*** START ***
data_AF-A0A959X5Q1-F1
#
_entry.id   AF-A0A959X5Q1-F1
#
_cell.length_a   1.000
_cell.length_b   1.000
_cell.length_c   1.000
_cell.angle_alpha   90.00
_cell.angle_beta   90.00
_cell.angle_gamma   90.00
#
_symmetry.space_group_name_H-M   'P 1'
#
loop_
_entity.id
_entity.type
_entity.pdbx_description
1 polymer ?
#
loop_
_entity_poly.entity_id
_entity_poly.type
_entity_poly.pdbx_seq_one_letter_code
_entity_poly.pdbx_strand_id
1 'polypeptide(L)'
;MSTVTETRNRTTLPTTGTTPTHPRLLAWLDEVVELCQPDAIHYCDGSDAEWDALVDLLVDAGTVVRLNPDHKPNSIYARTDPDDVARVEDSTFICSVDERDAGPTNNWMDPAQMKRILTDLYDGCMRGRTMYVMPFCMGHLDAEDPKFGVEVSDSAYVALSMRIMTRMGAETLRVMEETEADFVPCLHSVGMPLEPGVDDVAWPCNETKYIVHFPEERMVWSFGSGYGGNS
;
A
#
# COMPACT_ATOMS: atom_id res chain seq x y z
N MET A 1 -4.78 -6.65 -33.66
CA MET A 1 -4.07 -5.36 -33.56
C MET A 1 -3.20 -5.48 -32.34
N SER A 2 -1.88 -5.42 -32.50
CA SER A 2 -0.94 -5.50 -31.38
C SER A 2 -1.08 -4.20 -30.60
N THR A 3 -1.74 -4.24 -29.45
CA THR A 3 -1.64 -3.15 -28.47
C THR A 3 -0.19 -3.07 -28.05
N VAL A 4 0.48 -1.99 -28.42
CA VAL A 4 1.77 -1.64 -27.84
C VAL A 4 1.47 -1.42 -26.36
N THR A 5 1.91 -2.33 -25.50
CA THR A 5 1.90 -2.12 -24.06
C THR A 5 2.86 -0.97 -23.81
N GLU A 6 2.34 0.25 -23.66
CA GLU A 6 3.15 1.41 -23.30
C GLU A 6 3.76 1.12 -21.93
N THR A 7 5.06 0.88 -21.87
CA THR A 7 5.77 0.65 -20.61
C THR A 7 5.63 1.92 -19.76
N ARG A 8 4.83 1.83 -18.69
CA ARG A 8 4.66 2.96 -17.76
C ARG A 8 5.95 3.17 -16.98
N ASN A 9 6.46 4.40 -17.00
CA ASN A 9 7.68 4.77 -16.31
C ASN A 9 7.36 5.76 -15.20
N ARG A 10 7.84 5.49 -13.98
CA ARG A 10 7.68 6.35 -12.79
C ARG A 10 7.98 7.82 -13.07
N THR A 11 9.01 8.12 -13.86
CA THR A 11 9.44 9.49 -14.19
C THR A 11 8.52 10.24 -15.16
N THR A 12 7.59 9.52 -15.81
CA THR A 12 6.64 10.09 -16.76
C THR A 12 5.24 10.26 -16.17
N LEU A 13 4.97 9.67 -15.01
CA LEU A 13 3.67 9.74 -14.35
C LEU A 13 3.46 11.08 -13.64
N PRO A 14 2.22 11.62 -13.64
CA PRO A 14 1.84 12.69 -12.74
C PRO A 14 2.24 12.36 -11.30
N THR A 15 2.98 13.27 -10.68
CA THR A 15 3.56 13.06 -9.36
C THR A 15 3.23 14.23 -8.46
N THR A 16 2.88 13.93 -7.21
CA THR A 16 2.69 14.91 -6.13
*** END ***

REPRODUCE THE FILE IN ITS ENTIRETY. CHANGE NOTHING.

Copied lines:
data_AF-A0A959X5Q1-F1
#
_entry.id   AF-A0A959X5Q1-F1
#
_cell.length_a   1.000
_cell.length_b   1.000
_cell.length_c   1.000
_cell.angle_alpha   90.00
_cell.angle_beta   90.00
_cell.angle_gamma   90.00
#
_symmetry.space_group_name_H-M   'P 1'
#
loop_
_entity.id
_entity.type
_entity.pdbx_description
1 polymer ?
#
loop_
_entity_poly.entity_id
_entity_poly.type
_entity_poly.pdbx_seq_one_letter_code
_entity_poly.pdbx_strand_id
1 'polypeptide(L)'
;MSTVTETRNRTTLPTTGTTPTHPRLLAWLDEVVELCQPDAIHYCDGSDAEWDALVDLLVDAGTVVRLNPDHKPNSIYARTDPDDVARVEDSTFICSVDERDAGPTNNWMDPAQMKRILTDLYDGCMRGRTMYVMPFCMGHLDAEDPKFGVEVSDSAYVALSMRIMTRMGAETLRVMEETEADFVPCLHSVGMPLEPGVDDVAWPCNETKYIVHFPEERMVWSFGSGYGGNS
;
A
#
# COMPACT_ATOMS: atom_id res chain seq x y z
N MET A 1 -4.78 -6.65 -33.66
CA MET A 1 -4.07 -5.36 -33.56
C MET A 1 -3.20 -5.48 -32.34
N SER A 2 -1.88 -5.42 -32.50
CA SER A 2 -0.94 -5.50 -31.38
C SER A 2 -1.08 -4.20 -30.60
N THR A 3 -1.74 -4.24 -29.45
CA THR A 3 -1.64 -3.15 -28.47
C THR A 3 -0.19 -3.07 -28.05
N VAL A 4 0.48 -1.99 -28.42
CA VAL A 4 1.77 -1.64 -27.84
C VAL A 4 1.47 -1.42 -26.36
N THR A 5 1.91 -2.33 -25.50
CA THR A 5 1.90 -2.12 -24.06
C THR A 5 2.86 -0.97 -23.81
N GLU A 6 2.34 0.25 -23.66
CA GLU A 6 3.15 1.41 -23.30
C GLU A 6 3.76 1.12 -21.93
N THR A 7 5.06 0.88 -21.87
CA THR A 7 5.77 0.65 -20.61
C THR A 7 5.63 1.92 -19.76
N ARG A 8 4.83 1.83 -18.69
CA ARG A 8 4.66 2.96 -17.76
C ARG A 8 5.95 3.17 -16.98
N ASN A 9 6.46 4.40 -17.00
CA ASN A 9 7.68 4.77 -16.31
C ASN A 9 7.36 5.76 -15.20
N ARG A 10 7.84 5.49 -13.98
CA ARG A 10 7.68 6.35 -12.79
C ARG A 10 7.98 7.82 -13.07
N THR A 11 9.01 8.12 -13.86
CA THR A 11 9.44 9.49 -14.19
C THR A 11 8.52 10.24 -15.16
N THR A 12 7.59 9.52 -15.81
CA THR A 12 6.64 10.09 -16.76
C THR A 12 5.24 10.26 -16.17
N LEU A 13 4.97 9.67 -15.01
CA LEU A 13 3.67 9.74 -14.35
C LEU A 13 3.46 11.08 -13.64
N PRO A 14 2.22 11.62 -13.64
CA PRO A 14 1.84 12.69 -12.74
C PRO A 14 2.24 12.36 -11.30
N THR A 15 2.98 13.27 -10.68
CA THR A 15 3.56 13.06 -9.36
C THR A 15 3.23 14.23 -8.46
N THR A 16 2.88 13.93 -7.21
CA THR A 16 2.69 14.91 -6.13